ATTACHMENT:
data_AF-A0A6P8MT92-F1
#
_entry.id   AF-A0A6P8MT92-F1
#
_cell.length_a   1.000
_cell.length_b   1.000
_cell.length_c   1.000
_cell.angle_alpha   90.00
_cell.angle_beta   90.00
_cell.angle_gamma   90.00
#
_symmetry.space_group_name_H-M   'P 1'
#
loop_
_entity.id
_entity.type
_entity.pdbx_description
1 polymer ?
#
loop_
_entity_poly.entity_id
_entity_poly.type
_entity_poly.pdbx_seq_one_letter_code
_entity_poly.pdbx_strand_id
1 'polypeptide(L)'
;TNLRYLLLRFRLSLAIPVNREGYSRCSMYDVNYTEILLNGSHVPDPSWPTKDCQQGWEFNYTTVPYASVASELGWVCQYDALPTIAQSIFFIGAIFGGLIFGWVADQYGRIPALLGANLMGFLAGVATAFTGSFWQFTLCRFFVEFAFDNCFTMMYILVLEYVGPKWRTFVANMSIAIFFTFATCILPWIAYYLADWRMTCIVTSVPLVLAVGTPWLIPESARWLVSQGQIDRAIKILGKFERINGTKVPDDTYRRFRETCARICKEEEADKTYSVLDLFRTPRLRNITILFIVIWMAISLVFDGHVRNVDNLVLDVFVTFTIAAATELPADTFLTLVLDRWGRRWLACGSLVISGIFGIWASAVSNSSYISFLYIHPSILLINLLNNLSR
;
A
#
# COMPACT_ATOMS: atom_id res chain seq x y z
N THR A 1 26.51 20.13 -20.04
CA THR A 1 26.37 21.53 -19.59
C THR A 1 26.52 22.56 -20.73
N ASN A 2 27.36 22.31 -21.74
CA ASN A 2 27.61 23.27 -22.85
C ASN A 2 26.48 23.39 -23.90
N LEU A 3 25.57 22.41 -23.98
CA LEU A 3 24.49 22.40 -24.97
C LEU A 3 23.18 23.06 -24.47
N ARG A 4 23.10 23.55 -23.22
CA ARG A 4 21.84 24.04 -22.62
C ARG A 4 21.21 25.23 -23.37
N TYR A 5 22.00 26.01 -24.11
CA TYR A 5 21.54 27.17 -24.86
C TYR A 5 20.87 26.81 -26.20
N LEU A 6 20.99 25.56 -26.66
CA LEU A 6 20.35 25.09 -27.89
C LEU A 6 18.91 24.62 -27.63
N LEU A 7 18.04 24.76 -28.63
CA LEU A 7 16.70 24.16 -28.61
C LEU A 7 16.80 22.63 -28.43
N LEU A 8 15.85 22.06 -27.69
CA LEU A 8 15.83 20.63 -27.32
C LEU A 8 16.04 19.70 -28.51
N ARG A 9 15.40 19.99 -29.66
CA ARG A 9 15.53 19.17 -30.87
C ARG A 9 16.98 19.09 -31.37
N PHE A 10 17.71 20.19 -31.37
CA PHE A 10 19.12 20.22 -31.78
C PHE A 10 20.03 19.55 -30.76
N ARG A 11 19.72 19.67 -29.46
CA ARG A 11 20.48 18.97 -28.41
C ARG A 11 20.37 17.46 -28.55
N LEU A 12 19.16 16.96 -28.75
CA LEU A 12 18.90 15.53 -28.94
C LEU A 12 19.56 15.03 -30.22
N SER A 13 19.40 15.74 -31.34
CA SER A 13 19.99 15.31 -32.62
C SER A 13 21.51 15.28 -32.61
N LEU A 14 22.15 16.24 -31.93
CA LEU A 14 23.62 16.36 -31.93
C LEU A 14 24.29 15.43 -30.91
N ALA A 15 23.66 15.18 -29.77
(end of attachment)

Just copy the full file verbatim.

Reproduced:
data_AF-A0A6P8MT92-F1
#
_entry.id   AF-A0A6P8MT92-F1
#
_cell.length_a   1.000
_cell.length_b   1.000
_cell.length_c   1.000
_cell.angle_alpha   90.00
_cell.angle_beta   90.00
_cell.angle_gamma   90.00
#
_symmetry.space_group_name_H-M   'P 1'
#
loop_
_entity.id
_entity.type
_entity.pdbx_description
1 polymer ?
#
loop_
_entity_poly.entity_id
_entity_poly.type
_entity_poly.pdbx_seq_one_letter_code
_entity_poly.pdbx_strand_id
1 'polypeptide(L)'
;TNLRYLLLRFRLSLAIPVNREGYSRCSMYDVNYTEILLNGSHVPDPSWPTKDCQQGWEFNYTTVPYASVASELGWVCQYDALPTIAQSIFFIGAIFGGLIFGWVADQYGRIPALLGANLMGFLAGVATAFTGSFWQFTLCRFFVEFAFDNCFTMMYILVLEYVGPKWRTFVANMSIAIFFTFATCILPWIAYYLADWRMTCIVTSVPLVLAVGTPWLIPESARWLVSQGQIDRAIKILGKFERINGTKVPDDTYRRFRETCARICKEEEADKTYSVLDLFRTPRLRNITILFIVIWMAISLVFDGHVRNVDNLVLDVFVTFTIAAATELPADTFLTLVLDRWGRRWLACGSLVISGIFGIWASAVSNSSYISFLYIHPSILLINLLNNLSR
;
A
#
# COMPACT_ATOMS: atom_id res chain seq x y z
N THR A 1 26.51 20.13 -20.04
CA THR A 1 26.37 21.53 -19.59
C THR A 1 26.52 22.56 -20.73
N ASN A 2 27.36 22.31 -21.74
CA ASN A 2 27.61 23.27 -22.85
C ASN A 2 26.48 23.39 -23.90
N LEU A 3 25.57 22.41 -23.98
CA LEU A 3 24.49 22.40 -24.97
C LEU A 3 23.18 23.06 -24.47
N ARG A 4 23.10 23.55 -23.22
CA ARG A 4 21.84 24.04 -22.62
C ARG A 4 21.21 25.23 -23.37
N TYR A 5 22.00 26.01 -24.11
CA TYR A 5 21.54 27.17 -24.86
C TYR A 5 20.87 26.81 -26.20
N LEU A 6 20.99 25.56 -26.66
CA LEU A 6 20.35 25.09 -27.89
C LEU A 6 18.91 24.62 -27.63
N LEU A 7 18.04 24.76 -28.63
CA LEU A 7 16.70 24.16 -28.61
C LEU A 7 16.80 22.63 -28.43
N LEU A 8 15.85 22.06 -27.69
CA LEU A 8 15.83 20.63 -27.32
C LEU A 8 16.04 19.70 -28.51
N ARG A 9 15.40 19.99 -29.66
CA ARG A 9 15.53 19.17 -30.87
C ARG A 9 16.98 19.09 -31.37
N PHE A 10 17.71 20.19 -31.37
CA PHE A 10 19.12 20.22 -31.78
C PHE A 10 20.03 19.55 -30.76
N ARG A 11 19.72 19.67 -29.46
CA ARG A 11 20.48 18.97 -28.41
C ARG A 11 20.37 17.46 -28.55
N LEU A 12 19.16 16.96 -28.75
CA LEU A 12 18.90 15.53 -28.94
C LEU A 12 19.56 15.03 -30.22
N SER A 13 19.40 15.74 -31.34
CA SER A 13 19.99 15.31 -32.62
C SER A 13 21.51 15.28 -32.61
N LEU A 14 22.15 16.24 -31.93
CA LEU A 14 23.62 16.36 -31.93
C LEU A 14 24.29 15.43 -30.91
N ALA A 15 23.66 15.18 -29.77